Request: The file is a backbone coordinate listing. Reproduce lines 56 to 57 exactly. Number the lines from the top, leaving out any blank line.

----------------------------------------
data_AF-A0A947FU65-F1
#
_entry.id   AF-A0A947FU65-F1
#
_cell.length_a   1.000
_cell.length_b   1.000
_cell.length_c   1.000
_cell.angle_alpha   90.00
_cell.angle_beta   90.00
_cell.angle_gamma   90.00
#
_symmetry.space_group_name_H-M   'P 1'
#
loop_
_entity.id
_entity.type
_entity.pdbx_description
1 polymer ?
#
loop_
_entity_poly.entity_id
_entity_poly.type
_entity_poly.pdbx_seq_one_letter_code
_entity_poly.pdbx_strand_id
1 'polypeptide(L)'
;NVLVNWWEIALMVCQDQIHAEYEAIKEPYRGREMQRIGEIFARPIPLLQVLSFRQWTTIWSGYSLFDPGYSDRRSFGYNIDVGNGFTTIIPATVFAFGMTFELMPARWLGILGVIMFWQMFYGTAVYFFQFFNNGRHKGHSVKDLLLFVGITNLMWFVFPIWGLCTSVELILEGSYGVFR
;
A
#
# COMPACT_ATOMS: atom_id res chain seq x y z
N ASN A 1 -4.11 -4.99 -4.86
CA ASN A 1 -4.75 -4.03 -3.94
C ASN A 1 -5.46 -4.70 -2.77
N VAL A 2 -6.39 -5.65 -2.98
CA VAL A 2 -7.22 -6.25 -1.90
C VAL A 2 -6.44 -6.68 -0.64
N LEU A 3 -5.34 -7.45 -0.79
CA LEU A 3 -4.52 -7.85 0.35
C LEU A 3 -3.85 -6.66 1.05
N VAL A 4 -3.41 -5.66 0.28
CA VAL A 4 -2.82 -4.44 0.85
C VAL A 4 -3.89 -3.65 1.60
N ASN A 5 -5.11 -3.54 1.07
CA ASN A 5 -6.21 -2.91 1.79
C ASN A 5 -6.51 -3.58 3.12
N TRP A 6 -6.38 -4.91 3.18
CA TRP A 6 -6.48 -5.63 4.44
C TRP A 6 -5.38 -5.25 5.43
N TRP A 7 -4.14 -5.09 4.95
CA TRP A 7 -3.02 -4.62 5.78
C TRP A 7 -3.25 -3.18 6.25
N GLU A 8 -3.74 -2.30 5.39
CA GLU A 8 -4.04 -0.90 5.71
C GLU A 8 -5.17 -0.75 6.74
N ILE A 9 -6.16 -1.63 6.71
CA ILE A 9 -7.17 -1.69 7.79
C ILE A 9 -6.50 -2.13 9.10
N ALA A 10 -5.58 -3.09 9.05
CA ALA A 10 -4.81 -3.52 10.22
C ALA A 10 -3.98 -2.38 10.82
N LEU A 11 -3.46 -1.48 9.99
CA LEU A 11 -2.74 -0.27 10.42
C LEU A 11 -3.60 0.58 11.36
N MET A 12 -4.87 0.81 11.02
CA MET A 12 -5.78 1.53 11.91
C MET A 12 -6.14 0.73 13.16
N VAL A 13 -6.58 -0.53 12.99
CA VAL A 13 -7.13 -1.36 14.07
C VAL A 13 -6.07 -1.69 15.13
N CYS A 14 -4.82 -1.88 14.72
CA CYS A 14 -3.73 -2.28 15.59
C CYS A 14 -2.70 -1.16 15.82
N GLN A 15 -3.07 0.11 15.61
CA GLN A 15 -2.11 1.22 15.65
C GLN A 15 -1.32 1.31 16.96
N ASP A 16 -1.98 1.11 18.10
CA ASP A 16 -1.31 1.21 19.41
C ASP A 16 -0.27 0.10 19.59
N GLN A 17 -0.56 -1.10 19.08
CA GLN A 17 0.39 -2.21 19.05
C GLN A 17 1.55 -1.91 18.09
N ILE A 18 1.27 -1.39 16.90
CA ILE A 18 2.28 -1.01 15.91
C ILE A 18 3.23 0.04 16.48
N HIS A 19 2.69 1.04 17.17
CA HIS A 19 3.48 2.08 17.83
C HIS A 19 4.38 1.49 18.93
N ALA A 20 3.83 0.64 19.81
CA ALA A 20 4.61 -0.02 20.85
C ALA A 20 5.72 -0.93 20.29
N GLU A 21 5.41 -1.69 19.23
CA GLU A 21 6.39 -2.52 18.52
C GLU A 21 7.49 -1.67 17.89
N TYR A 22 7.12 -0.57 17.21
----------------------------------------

CA ILE A 9 -7.17 -1.69 7.79
C ILE A 9 -6.50 -2.13 9.10